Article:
Having a proper roof deck is the foundation of any sound roofing system. The deck is meant to resist gravity loads and lateral loading from things like the wind and other seismic forces.
A proper roof decking will meet design requirements like component anchorage technique, deflection resistance, fire resistance, surface characteristics, and dimensional stability.
Assessing Your Existing Roof Decking
There are several reasons that property owners should be interested in the type of roof deck on the building and its condition. Among them are the following reasons:
- Condition of the roof deck – is it detached, corroded, unsafe, or damaged? Has the deck been deflected or deformed to the point where it ponds water?
- Stability – Can the deck handle a much heavier roofing system like a built-up roof membrane with a ballasted single-ply system?
- Resistance – If the mechanical fasteners are going to be used to attach insulation or a single-ply membrane to the deck itself, will that deck be able to provide the necessary pullout resistance? Some single-ply systems require a more robust steel deck to meet wind design.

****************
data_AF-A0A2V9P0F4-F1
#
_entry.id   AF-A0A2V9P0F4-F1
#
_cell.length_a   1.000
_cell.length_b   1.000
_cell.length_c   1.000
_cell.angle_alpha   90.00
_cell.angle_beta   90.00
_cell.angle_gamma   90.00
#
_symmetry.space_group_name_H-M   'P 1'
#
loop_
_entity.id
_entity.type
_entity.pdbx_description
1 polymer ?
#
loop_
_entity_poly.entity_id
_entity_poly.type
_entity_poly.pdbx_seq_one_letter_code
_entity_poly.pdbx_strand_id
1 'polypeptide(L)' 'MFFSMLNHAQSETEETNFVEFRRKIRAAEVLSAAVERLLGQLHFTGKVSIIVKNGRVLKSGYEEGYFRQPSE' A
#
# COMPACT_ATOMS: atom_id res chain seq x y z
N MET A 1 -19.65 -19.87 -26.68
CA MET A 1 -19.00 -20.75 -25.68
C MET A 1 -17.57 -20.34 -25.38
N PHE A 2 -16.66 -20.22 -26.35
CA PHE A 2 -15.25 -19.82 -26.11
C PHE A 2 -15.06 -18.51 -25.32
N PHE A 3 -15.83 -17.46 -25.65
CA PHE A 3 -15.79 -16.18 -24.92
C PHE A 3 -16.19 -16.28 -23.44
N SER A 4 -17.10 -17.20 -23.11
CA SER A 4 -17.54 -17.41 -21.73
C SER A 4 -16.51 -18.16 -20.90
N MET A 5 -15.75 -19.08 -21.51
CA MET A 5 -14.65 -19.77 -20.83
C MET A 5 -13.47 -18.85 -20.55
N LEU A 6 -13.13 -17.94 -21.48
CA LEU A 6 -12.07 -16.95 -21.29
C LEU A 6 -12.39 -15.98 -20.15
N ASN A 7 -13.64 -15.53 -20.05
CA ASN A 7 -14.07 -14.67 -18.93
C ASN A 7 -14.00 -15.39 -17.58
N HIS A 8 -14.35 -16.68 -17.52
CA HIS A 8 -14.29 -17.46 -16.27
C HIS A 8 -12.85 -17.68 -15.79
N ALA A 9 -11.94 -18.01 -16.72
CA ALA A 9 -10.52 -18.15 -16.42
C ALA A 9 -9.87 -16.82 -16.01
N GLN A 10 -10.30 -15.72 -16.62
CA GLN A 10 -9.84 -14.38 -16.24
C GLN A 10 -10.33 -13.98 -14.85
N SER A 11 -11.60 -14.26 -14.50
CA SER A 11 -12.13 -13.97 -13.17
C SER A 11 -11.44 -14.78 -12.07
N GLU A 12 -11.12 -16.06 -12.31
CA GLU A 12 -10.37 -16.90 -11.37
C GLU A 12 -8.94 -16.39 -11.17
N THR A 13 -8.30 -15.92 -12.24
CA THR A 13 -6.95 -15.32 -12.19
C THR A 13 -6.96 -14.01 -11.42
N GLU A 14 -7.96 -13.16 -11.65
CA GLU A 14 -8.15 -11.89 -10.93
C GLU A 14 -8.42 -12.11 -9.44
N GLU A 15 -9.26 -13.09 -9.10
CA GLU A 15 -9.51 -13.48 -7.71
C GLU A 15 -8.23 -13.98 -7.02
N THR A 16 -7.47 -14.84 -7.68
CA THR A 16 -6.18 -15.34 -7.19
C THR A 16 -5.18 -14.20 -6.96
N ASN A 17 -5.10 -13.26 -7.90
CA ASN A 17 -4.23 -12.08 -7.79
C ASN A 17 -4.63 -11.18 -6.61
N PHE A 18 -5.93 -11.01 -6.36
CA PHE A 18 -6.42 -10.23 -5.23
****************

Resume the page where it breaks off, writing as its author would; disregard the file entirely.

- Removal – Can the deck sections be safely replaced or removed if necessary if the roof needs patching? In the past, removing and replacing deteriorated decking with metal decking and rigid roof insulation was common. This can actually be quite unsafe and is definitely not recommended. Instead, new form boards and galvanized wire mesh should be used. Ensure the galvanized wire mesh is attached to the existing wire near the patch’s perimeter. This is done for safety reasons.
- Clearance – If the existing roofing is going to be removed all the way down to the deck and the tapered insulation or a sloped fill is going to be the way to solve the ponding problem, you need to know if the clearance at access doors, windows, and other equipment hatches will be imperiled.
- PV Panels – What about adding PV panels to the building roof? If this is part of the plan, you must know how they will be attached to the structure.